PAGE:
not distinguish between a hovering helicopter and a clump of trees) also when
tracking higher flying targets the radar return from the gun barrel tips themselves
was enough to totally confuse the fire control system, the turret traverse was
also too slow to track a fast crossing target. The ECM (electronic counter-measures)
suite could be defeated by only minor jamming and finally the use of a 30 year
old hull design meant the vehicle had trouble keeping pace with the newer M1 Abrams
and M2/3 Bradley's, the very vehicles it was designed to protect.
These problems proved insurmountable and in December 1986 after about 50 vehicles
had been produced and 51 Billion spent the entire program was terminated, the
existing vehicles being either used for training or converted back to gun tanks.
Had the SGT. YORK been successful
this scene could well have been played out many times. On a training exercise
somewhere in Germany the 'troops' have taken a break from the action for some
light refreshment and to check out the 'Latest Despatch' to arrive from HQ.
Click for larger view
M247 SGT. YORK (Tamiya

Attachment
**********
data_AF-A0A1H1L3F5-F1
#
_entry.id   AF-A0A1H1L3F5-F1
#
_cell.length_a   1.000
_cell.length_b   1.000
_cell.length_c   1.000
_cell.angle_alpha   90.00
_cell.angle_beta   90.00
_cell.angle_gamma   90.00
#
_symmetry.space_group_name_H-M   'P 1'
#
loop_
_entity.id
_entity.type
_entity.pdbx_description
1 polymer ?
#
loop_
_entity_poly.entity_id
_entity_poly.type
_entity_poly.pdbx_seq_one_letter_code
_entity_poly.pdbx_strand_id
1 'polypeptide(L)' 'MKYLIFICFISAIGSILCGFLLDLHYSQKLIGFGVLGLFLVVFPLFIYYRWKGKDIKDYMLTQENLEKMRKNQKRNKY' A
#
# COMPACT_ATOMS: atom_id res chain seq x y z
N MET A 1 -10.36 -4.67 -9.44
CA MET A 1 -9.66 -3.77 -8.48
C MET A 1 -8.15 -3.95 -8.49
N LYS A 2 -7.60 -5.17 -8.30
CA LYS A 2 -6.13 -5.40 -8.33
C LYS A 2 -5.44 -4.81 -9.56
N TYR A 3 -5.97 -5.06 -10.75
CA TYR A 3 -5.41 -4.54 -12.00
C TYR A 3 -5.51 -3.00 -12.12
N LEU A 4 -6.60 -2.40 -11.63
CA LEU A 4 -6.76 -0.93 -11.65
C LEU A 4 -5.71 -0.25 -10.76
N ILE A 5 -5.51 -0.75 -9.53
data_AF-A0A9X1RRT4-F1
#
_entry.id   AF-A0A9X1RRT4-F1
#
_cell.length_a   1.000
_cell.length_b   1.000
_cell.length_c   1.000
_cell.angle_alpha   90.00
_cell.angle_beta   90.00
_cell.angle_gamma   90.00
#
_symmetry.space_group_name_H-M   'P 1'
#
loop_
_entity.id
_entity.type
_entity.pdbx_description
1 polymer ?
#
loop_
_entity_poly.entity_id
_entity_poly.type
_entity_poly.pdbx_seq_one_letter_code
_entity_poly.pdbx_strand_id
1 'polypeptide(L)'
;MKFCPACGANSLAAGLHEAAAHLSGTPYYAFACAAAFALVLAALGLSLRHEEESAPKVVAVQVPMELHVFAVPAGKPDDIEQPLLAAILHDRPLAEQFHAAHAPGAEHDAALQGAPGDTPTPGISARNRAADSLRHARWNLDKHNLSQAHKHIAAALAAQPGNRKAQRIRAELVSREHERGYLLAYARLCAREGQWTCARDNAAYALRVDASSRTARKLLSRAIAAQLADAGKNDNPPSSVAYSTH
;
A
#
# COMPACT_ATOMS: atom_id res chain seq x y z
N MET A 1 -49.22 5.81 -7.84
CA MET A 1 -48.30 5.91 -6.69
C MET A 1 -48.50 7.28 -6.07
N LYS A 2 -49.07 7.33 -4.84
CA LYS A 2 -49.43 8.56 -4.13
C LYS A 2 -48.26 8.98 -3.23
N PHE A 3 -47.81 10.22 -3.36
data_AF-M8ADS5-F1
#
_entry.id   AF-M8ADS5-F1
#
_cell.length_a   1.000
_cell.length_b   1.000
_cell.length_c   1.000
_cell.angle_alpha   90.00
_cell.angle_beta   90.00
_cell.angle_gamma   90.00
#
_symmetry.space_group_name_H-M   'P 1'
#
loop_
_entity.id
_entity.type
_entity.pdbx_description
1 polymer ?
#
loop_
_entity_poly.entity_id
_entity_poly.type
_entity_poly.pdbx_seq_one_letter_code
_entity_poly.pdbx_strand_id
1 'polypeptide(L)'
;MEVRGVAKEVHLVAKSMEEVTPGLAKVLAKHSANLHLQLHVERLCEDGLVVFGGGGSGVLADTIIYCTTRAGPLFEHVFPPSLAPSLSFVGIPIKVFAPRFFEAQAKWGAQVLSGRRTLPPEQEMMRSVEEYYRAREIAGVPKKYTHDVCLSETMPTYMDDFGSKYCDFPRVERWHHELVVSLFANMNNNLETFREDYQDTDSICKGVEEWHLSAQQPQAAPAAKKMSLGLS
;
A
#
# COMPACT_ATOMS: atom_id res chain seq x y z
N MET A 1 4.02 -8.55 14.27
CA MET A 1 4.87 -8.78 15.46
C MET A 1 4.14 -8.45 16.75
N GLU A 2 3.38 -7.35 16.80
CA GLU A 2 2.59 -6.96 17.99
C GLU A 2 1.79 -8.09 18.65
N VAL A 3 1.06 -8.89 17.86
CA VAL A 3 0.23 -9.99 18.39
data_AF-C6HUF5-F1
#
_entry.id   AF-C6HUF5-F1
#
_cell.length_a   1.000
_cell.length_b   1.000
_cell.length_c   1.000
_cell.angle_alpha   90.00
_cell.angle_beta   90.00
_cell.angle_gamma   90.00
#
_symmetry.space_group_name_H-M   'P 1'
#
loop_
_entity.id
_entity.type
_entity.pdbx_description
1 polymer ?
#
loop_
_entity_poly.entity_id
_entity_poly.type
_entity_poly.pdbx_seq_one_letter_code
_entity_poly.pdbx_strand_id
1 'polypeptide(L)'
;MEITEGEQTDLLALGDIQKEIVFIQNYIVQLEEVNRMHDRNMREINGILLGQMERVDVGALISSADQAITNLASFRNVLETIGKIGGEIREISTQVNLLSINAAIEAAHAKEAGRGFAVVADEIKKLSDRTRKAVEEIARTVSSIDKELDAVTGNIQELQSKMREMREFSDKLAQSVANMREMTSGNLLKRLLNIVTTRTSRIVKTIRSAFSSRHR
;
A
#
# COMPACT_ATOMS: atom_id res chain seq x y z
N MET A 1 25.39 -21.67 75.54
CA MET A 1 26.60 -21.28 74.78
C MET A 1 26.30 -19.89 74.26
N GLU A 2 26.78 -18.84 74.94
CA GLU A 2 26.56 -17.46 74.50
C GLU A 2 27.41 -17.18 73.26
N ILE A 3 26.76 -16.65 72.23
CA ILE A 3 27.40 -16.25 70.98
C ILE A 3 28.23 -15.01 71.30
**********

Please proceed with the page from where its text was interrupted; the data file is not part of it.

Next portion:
Tamiya have produced this
kit in the same way as the real vehicle, by taking the hull from their M48A3
(Kit 35120) and adding a new turret and tracks (the new T142 patten tracks
been provided and could be used if building a M60A3). The M48A5 is essentially
an A3 with new engine/ transmission and 105mm gun added.
The Kit will build into an excellent model straight from the box, but with a
little extra detailing a very realistic vehicle will result.
The Kit is built following the instructions with firstly. the headlight guards
(parts C46,47) being thinned down for a more realistic appearance and the fender
storage box handles replaced with thin wire, this is very useful for grab. handles
and other small fittings as it can be easily bent to shape and attached in pre-drilled
holes with super glue. The tow cables have been replaced with fishing tracer
wire after firstly running it through a candle name to remove the springiness